The Ancient Library

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On this page: Painting (continued)



perfect grace of the former with the severe accuracy of the latter.

After him the most famous artist was protogexes of Caunos. The following con­temporaries, some older and some younger than himself, deserve also to be mentioned: NicSmachus and Aris tides of Thebes, Euphranor of Corinth, Niclas of Athens, the Egyptian Antfphilus, Theon of Samos, and Aetion. After the age of Alexander, the art of paint­ing was characterized by a striving after naturalism, combined with a predilection for the representation of common, every-day scenes, and of still-life. This branch of painting was also carried to great perfection, and Plrajlcus was the most celebrated for it. Among painters of the loftier style the last noteworthy artist was TiMfiMACHUS of Byzantium. [For the ancient authorities on the history of Painting, see Overbeck's Schrift-quellen; c.mnp. Brunn's Kilnstler-geschichte, and Woermann's History of Painting, bk. ii.]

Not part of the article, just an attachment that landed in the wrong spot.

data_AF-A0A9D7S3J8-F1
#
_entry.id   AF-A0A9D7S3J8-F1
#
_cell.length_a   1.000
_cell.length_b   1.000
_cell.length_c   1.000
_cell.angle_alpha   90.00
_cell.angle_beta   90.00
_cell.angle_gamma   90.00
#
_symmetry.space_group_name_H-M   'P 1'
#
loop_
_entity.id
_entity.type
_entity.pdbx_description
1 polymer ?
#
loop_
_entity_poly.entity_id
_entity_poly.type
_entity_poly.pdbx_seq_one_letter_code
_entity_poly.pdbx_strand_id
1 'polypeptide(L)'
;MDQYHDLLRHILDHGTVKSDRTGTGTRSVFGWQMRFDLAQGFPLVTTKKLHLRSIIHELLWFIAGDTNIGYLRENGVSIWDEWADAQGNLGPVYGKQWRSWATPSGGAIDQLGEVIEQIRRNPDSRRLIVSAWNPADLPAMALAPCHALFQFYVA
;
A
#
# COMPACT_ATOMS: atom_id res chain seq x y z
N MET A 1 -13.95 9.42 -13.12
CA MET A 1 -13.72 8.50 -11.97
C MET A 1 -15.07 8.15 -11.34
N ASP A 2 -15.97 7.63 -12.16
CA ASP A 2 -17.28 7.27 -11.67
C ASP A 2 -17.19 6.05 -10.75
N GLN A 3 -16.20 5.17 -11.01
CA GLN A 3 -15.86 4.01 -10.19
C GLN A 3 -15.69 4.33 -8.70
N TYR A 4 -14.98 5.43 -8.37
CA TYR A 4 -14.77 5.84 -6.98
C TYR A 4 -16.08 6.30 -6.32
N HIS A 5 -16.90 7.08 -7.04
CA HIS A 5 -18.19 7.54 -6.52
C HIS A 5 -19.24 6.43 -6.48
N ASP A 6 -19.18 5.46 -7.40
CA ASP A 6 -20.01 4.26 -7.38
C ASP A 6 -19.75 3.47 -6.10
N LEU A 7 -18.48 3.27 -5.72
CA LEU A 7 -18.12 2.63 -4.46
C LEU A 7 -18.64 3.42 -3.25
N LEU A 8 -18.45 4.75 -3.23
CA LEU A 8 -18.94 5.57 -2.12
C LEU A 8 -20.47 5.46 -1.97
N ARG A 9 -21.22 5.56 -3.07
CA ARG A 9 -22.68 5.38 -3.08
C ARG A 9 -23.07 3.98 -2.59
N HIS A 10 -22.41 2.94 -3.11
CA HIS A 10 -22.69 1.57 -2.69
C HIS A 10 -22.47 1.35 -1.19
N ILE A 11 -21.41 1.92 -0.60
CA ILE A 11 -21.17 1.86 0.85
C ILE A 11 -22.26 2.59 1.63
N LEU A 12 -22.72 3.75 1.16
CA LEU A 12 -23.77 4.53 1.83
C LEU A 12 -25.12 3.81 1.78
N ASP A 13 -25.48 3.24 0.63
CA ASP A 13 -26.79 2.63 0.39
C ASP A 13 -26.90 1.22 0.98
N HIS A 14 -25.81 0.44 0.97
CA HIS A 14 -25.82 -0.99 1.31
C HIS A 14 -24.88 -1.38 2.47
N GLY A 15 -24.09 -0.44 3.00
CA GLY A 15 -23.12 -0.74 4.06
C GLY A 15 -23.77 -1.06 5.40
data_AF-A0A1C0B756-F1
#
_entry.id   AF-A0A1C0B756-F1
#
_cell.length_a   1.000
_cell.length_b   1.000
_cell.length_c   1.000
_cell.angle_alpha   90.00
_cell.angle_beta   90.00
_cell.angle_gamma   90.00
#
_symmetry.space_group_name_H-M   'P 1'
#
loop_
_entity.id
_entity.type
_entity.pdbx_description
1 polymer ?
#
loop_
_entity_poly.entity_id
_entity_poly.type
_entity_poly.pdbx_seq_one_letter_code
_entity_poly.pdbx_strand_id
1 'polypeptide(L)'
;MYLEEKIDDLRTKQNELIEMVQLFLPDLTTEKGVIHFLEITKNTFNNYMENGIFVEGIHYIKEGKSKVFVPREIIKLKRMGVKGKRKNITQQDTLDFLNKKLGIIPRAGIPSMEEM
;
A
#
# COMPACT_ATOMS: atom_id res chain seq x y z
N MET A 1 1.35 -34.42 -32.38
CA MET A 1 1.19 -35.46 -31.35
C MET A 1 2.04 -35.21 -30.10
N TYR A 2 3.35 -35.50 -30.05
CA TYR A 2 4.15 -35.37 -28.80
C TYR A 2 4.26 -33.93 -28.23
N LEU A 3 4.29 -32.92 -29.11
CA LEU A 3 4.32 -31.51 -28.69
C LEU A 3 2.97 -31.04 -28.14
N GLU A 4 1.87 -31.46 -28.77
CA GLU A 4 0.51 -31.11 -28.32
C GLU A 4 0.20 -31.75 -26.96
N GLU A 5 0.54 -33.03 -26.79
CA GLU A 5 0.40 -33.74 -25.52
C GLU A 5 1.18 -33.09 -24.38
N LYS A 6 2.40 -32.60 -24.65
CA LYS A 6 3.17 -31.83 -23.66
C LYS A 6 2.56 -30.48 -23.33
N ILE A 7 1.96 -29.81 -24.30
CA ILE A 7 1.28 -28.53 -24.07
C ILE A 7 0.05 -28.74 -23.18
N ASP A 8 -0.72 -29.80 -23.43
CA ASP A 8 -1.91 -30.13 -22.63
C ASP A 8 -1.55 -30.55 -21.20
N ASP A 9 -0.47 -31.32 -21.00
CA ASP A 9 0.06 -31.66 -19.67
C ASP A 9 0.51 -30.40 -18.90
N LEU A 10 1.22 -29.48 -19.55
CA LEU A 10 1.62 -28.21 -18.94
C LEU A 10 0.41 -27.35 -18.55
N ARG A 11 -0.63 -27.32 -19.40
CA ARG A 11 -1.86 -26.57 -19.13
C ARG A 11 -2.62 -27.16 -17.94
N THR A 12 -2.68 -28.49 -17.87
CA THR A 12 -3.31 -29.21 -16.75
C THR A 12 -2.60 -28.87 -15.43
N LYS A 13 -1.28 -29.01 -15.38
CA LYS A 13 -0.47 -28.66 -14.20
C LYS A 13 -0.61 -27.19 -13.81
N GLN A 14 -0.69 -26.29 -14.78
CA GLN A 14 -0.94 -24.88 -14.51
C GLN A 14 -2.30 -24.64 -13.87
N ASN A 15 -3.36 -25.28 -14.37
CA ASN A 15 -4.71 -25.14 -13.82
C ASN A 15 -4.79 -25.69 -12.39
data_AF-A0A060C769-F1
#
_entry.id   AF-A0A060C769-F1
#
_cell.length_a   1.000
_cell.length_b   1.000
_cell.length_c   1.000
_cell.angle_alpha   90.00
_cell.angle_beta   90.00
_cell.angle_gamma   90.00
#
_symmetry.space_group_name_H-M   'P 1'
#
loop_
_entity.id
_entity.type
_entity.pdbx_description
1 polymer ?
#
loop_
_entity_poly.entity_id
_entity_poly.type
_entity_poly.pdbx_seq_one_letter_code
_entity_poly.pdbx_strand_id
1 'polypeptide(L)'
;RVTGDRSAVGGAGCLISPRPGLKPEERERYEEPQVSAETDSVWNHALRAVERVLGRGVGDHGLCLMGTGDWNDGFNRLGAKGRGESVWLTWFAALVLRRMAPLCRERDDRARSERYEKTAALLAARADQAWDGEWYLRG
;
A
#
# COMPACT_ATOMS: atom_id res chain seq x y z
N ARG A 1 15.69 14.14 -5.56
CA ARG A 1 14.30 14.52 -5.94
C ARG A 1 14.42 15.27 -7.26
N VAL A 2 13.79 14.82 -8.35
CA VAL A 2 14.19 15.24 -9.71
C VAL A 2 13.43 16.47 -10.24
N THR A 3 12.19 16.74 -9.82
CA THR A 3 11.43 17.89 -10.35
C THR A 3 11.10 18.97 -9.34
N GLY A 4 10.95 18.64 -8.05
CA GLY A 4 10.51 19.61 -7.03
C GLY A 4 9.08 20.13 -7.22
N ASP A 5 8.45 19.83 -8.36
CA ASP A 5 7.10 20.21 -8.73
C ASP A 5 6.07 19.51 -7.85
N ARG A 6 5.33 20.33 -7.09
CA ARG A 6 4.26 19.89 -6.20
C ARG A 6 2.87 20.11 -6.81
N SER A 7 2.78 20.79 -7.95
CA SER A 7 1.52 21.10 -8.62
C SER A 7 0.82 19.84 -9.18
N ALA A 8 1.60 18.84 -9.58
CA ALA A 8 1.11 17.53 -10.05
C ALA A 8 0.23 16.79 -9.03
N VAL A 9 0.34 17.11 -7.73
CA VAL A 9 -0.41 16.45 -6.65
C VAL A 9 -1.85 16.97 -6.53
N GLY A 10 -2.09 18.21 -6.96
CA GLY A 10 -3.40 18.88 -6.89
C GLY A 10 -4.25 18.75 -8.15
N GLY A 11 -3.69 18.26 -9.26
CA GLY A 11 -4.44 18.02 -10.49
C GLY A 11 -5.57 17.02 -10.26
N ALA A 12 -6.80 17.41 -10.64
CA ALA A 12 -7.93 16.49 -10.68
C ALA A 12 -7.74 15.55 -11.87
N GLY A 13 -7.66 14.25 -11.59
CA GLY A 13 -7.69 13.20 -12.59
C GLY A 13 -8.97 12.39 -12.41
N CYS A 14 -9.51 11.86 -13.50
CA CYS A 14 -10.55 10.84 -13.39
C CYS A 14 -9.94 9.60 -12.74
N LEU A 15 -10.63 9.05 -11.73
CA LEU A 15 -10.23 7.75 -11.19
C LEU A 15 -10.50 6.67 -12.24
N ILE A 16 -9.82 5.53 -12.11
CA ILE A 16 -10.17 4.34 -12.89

Among the Romans a few solitary names of early painters are mentioned, for in­stance. Fabius Pictor and the poet Pacuvius [Pliny, xxxv 19]; but nothing is known as to the value of their paintings, which

decoration [Vitruv. vii 5]. Indeed the love of display peculiar to the Romans, which had led them gradually to accumulate the principal works of the" old Greek masters at Rome as ornaments for their public and private edifices, brought about an extra-

(2) *STILL-LU'K. (Pompeii.)

ordinary development of decorative art, attested by the numerous mural paintings that have been found in Italy, chiefly at Pompeii and Herculaneum.

These paintings were mostly executed

(3) *ORPHKUS. (Casa Ai Orfeo, Pompeii.)

served to decorate buildings. The way in which landscapes were represented by a certain S. Tadius [or Ludius (?), ib. 116 ; the best MS has studio] in the reign of Augustus is mentioned as a novelty. These landscapes were mainly for purposes of

al fresco on damp stucco, seldom with colours in tempera on the dry surface. The principal subjects represented are figures from the world of myth, such as Maenads, Centaurs, male and female, Satyrs, etc.; scenes from mythology and heroic legends,

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